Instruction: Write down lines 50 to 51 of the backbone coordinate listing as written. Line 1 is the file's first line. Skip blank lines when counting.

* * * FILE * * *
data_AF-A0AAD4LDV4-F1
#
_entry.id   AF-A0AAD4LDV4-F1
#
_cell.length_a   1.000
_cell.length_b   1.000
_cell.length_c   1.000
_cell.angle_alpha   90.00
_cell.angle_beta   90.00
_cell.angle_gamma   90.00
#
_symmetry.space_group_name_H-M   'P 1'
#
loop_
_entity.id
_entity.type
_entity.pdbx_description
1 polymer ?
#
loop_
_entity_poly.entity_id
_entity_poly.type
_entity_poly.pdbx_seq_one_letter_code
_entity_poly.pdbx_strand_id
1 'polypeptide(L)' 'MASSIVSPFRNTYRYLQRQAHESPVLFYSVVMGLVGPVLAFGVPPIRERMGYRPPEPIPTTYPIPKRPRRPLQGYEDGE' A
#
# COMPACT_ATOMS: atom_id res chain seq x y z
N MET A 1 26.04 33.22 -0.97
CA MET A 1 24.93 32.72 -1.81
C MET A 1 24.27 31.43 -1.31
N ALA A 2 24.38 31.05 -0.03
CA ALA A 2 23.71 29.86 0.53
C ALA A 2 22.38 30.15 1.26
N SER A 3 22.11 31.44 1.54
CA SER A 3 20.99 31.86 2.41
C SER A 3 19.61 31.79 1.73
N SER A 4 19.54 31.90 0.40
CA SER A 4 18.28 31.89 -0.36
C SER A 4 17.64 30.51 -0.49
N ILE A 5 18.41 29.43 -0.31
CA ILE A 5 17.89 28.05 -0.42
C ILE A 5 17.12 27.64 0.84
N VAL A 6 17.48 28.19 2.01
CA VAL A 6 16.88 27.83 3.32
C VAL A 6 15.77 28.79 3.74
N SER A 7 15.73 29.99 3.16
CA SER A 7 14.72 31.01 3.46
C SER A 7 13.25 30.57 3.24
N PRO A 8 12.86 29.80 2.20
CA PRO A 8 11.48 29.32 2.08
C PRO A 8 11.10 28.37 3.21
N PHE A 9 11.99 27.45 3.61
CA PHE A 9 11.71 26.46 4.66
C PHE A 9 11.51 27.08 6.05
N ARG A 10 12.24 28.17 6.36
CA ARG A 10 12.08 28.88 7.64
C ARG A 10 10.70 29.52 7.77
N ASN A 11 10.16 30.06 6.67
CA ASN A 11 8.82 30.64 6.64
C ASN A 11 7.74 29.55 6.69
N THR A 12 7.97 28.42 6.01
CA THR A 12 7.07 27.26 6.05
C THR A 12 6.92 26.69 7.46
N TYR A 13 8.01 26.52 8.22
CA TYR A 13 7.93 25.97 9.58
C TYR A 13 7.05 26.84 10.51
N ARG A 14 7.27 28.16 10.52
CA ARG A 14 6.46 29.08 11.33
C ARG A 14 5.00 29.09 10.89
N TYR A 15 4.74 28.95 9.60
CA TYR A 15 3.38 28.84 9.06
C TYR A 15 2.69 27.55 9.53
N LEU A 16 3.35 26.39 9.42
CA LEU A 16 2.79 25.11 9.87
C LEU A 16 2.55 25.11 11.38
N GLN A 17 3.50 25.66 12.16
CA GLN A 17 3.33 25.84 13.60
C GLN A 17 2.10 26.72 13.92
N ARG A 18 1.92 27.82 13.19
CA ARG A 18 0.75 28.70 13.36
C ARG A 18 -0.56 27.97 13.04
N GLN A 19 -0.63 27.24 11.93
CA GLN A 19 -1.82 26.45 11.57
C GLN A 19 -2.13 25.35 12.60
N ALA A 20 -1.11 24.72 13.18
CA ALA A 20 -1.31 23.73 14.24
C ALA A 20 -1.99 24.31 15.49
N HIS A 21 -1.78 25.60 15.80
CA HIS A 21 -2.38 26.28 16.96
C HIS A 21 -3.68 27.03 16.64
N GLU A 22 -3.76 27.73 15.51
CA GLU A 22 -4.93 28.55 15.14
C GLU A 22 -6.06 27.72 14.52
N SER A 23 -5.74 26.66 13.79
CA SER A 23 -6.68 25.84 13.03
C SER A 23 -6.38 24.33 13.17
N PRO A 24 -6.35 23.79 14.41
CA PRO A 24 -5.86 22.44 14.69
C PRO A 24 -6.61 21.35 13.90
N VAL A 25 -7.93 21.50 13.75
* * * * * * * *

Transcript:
CA PRO A 8 11.48 29.32 2.08
C PRO A 8 11.10 28.37 3.21